“As soon as I could say the word ‘Marine,’ I knew I wanted to join,” Wayne Duerkes says, adding that his military service “taught me to walk with my head up and take on life.”

At NIU, Duerkes has taken on as much as he can. He served as president of the History Club and helped organize a new History Open Day, a highly successful event last March that invited history faculty to promote their upcoming classes to students.

Duerkes also has taken the lead on an effort to publish an open-access journal showcasing undergraduate history research at NIU. The journal will be a part of the Huskie Commons website, with its first volume to be published in January.

“Wayne’s achievements are truly impressive,” says Beatrix Hoffman, chair of the NIU Department of History.“Under his leadership, the History Club grew dramatically and launched important projects, like the History Helpers tutoring effort and the student-run academic journal. He also mentors other students who are interested in taking leadership roles in the club. Wayne is dedicated to sharing his passion for history with the public, and the department is thrilled that his achievements have been recognized with the Lincoln Laureate award.”

Logo of the U.S. Marine CorpsDuerkes says he has loved his NIU experience, although he admits going back to college as he approached the age of 40 was “a scary leap.”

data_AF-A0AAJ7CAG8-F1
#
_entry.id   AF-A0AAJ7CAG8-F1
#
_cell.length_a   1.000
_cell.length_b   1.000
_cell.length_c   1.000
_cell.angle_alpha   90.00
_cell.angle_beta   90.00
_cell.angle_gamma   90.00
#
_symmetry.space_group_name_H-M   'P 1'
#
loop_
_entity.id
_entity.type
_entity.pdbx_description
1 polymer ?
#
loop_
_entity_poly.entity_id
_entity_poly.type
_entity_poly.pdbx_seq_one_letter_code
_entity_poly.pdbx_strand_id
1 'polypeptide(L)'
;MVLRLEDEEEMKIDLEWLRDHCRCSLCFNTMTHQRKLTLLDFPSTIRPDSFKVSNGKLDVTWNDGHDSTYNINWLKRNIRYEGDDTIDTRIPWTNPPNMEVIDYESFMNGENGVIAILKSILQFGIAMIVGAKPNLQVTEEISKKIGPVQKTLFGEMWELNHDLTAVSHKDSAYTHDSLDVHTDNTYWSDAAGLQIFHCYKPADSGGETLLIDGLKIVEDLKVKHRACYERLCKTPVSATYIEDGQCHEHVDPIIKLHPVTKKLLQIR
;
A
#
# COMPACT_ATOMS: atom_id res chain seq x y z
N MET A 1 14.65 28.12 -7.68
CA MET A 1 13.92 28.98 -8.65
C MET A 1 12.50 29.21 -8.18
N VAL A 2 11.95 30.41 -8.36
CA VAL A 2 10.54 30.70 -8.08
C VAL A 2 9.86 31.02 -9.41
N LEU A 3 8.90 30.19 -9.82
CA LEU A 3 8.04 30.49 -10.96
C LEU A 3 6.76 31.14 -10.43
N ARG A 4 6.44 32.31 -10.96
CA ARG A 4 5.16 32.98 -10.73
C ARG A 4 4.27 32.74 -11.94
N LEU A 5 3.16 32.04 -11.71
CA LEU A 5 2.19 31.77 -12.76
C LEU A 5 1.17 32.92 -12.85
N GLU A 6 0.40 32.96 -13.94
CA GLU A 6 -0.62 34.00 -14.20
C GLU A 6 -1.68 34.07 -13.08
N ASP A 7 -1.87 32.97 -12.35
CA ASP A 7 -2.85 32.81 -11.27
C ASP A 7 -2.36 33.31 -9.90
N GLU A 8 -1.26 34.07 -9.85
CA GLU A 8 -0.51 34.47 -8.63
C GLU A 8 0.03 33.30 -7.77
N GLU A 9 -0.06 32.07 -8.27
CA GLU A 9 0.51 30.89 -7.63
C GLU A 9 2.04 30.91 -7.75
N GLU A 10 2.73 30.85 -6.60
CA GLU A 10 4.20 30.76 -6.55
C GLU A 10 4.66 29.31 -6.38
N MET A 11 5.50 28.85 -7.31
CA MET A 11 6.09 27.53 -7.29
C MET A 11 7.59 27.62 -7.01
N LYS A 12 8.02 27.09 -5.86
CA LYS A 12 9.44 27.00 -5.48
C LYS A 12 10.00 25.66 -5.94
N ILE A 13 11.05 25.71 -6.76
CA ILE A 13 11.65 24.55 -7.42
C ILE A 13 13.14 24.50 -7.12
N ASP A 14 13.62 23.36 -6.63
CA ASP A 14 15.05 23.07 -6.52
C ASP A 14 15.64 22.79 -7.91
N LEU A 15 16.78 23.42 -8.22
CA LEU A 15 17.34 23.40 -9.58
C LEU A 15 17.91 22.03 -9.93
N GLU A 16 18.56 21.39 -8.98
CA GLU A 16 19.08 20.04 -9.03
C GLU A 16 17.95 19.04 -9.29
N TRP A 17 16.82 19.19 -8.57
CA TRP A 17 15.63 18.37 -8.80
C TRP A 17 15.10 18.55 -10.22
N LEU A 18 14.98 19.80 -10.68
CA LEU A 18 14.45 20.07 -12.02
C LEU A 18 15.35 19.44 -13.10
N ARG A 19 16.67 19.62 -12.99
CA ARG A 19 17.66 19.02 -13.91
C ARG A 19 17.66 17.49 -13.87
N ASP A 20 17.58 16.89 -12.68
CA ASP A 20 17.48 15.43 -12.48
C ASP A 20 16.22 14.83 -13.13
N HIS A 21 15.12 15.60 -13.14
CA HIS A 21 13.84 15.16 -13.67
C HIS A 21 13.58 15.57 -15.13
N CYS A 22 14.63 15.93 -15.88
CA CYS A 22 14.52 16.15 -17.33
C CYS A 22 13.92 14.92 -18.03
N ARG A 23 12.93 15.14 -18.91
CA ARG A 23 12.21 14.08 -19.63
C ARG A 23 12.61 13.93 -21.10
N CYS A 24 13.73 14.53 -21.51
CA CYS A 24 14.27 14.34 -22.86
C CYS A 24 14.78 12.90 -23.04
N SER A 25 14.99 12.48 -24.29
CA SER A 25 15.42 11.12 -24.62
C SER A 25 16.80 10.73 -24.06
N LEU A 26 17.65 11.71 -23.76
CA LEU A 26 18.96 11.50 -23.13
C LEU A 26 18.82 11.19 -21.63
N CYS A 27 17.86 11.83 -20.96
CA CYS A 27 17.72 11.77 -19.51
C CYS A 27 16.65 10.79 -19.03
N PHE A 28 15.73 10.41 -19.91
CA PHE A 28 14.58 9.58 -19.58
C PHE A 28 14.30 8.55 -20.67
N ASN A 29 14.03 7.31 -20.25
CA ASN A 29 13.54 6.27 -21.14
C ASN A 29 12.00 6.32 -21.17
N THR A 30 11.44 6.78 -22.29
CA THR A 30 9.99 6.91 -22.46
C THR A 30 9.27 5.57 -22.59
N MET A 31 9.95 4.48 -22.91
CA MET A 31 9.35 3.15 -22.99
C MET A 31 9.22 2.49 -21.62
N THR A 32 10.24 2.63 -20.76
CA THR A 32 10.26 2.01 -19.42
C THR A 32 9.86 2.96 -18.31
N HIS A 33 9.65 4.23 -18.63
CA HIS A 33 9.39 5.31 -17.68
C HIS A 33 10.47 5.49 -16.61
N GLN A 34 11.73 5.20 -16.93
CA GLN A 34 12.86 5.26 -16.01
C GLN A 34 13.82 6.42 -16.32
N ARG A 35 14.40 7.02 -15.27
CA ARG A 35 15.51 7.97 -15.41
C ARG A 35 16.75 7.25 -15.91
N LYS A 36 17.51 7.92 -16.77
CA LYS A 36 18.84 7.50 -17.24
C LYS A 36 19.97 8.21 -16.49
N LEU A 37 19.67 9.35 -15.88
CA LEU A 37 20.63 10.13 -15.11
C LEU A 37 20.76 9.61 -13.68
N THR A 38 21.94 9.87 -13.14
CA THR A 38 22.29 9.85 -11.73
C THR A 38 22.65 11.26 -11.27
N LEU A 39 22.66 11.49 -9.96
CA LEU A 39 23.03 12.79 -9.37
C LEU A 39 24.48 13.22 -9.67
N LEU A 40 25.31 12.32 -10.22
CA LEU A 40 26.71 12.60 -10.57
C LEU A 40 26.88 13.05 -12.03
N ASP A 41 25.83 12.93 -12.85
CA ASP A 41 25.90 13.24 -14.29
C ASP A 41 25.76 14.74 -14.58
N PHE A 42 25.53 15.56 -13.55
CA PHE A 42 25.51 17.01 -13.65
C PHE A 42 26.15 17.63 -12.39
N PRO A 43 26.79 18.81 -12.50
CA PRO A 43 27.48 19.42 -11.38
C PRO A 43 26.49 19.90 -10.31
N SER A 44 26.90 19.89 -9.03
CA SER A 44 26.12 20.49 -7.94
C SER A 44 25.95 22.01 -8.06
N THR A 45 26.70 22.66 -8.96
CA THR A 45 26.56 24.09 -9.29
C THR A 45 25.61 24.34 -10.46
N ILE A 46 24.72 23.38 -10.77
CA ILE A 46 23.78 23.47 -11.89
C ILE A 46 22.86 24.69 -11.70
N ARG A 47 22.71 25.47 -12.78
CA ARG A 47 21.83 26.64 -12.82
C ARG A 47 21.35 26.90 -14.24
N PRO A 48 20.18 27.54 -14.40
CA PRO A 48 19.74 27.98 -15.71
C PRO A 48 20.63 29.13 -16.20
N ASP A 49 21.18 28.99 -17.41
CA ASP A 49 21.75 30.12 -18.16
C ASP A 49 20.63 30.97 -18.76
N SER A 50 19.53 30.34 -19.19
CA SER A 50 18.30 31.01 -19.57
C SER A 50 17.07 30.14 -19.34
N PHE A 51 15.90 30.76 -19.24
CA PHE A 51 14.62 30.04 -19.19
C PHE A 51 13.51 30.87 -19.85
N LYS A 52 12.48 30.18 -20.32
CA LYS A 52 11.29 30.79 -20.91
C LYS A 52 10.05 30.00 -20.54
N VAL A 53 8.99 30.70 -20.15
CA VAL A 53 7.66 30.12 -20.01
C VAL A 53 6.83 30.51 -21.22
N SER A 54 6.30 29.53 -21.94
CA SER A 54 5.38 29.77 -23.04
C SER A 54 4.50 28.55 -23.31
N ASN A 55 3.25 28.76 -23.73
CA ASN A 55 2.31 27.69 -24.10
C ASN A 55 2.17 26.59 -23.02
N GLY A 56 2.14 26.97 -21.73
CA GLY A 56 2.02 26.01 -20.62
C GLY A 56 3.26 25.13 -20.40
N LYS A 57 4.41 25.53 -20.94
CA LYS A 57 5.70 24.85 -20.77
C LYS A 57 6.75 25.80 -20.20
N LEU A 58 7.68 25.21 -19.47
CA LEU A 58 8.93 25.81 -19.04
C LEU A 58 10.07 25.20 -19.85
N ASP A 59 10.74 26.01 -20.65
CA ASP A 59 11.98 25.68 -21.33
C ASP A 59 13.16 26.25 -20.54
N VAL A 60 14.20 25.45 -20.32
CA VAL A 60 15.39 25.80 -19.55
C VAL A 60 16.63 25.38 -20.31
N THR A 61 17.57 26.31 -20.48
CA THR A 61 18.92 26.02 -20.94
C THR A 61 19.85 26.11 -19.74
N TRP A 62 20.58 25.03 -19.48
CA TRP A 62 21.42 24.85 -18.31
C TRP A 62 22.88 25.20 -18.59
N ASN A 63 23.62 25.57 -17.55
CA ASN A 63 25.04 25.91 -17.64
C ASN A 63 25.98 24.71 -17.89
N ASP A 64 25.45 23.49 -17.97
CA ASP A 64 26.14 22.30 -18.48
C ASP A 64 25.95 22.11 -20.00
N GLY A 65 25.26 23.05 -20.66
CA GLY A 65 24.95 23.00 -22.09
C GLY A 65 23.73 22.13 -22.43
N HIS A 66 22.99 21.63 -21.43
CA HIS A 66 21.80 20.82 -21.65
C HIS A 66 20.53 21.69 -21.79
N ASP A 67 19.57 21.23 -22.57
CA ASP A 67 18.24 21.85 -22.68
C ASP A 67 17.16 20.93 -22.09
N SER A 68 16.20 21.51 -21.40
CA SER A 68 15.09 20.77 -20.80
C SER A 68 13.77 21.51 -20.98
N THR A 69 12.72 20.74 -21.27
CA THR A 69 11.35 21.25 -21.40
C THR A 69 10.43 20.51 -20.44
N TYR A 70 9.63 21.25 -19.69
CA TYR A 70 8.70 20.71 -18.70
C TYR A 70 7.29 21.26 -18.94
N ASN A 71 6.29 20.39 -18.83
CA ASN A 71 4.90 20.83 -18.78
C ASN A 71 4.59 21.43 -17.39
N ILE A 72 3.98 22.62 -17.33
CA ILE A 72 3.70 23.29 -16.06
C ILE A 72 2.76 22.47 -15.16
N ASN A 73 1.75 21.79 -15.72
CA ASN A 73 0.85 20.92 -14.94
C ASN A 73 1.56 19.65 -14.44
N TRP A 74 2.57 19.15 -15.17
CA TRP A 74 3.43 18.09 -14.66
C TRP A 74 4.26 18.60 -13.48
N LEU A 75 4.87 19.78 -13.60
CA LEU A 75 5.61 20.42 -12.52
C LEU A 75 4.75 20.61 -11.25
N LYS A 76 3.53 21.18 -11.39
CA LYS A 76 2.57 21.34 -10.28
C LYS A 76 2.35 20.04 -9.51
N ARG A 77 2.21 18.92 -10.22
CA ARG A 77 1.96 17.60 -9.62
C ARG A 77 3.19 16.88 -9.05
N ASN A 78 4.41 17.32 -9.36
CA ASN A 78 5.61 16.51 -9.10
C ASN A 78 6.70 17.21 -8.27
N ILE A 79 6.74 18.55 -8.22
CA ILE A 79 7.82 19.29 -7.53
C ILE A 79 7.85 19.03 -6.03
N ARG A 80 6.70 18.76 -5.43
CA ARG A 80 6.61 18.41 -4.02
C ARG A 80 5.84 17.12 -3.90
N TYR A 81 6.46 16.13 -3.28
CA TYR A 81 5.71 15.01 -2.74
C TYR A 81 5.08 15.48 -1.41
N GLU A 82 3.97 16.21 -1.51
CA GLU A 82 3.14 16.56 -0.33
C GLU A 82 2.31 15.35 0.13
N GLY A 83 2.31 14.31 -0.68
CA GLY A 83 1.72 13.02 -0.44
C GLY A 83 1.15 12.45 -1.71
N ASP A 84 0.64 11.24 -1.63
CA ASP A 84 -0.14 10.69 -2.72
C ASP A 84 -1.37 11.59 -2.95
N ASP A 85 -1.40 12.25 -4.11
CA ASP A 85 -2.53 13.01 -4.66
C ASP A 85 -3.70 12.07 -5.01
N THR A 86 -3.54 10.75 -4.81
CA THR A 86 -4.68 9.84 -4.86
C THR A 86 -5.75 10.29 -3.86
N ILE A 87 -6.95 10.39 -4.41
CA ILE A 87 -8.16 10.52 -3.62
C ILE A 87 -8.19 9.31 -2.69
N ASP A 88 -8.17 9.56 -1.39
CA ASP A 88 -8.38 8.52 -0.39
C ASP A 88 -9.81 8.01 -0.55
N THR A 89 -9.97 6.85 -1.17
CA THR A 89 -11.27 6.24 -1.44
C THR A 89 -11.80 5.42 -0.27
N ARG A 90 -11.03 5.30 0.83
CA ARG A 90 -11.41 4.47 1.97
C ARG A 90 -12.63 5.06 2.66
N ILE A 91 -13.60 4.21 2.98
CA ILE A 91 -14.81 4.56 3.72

“Prior to coming here, I wondered how it would be, if I was entering a young person’s world,” he says. “But you find there are just as many nontraditional students as traditional students. Everyone made me feel welcome. At the same time, even though this is such a large university, you’re never a number.”

Despite the hard economic realities of his journey, he has no regrets.

“By May of next year, I might not have a penny to my name, but I will have a degree and hopefully will be set to attend graduate school,” Duerkes says.

“My wife and kids don’t ask for much. We don’t take vacations or live high off the hog. But we have each other, and we couldn’t be happier. For us, there is that light at the end of the tunnel, and it grows bigger and brighter every day. What makes it brighter is education.”